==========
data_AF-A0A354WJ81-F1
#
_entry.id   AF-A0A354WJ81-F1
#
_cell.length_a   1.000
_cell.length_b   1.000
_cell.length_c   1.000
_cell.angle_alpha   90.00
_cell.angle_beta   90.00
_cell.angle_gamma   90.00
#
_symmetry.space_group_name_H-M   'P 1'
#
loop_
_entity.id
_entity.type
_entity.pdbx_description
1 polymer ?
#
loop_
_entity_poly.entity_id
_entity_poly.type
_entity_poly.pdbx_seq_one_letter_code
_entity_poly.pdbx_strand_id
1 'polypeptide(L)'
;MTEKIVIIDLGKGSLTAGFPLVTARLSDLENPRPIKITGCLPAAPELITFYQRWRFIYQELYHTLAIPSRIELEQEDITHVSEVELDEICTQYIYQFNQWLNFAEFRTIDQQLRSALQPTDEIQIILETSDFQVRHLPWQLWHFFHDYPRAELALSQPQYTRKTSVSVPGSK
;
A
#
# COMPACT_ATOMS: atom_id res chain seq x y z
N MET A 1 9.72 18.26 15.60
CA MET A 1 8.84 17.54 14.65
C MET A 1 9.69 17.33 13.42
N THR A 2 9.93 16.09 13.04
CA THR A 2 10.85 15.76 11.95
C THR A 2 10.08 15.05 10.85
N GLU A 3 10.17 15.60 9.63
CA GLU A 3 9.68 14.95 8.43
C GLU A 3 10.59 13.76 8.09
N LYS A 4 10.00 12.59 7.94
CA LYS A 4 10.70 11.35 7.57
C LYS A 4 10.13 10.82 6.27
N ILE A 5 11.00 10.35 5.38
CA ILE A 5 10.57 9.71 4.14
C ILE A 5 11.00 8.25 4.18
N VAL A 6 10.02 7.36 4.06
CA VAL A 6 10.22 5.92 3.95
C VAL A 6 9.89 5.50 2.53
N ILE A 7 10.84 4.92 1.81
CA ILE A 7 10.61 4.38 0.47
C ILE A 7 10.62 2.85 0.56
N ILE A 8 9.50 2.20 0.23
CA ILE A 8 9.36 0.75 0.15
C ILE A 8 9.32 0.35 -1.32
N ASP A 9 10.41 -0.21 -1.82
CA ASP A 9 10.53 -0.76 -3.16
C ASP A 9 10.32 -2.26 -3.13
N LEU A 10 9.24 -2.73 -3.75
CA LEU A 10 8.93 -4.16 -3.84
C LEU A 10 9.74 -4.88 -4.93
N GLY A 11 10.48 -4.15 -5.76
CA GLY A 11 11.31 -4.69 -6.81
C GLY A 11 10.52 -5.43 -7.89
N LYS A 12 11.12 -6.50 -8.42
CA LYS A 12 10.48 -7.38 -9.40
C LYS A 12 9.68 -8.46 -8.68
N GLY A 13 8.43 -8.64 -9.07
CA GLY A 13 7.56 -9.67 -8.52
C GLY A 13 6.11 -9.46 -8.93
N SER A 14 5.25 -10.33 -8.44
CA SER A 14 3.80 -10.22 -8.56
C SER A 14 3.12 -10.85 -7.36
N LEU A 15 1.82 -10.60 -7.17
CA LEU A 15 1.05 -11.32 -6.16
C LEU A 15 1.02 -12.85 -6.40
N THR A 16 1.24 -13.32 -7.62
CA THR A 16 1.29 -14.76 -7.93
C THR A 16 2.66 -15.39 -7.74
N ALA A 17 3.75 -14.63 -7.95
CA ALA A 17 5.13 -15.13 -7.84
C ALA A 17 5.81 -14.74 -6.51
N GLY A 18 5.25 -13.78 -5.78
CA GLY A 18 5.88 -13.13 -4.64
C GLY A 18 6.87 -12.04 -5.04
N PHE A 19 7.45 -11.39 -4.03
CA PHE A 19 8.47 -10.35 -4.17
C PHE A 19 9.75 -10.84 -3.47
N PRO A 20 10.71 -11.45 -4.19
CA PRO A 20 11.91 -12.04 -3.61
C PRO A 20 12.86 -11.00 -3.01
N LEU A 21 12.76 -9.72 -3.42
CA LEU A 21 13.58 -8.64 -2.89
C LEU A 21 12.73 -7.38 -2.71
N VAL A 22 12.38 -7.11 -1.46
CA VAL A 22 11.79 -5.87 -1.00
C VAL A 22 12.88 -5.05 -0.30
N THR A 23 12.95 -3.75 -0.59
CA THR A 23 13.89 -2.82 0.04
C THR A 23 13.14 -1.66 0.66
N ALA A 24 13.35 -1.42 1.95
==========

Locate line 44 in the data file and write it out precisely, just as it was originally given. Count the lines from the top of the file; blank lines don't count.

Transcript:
CA ILE A 5 10.57 9.71 4.14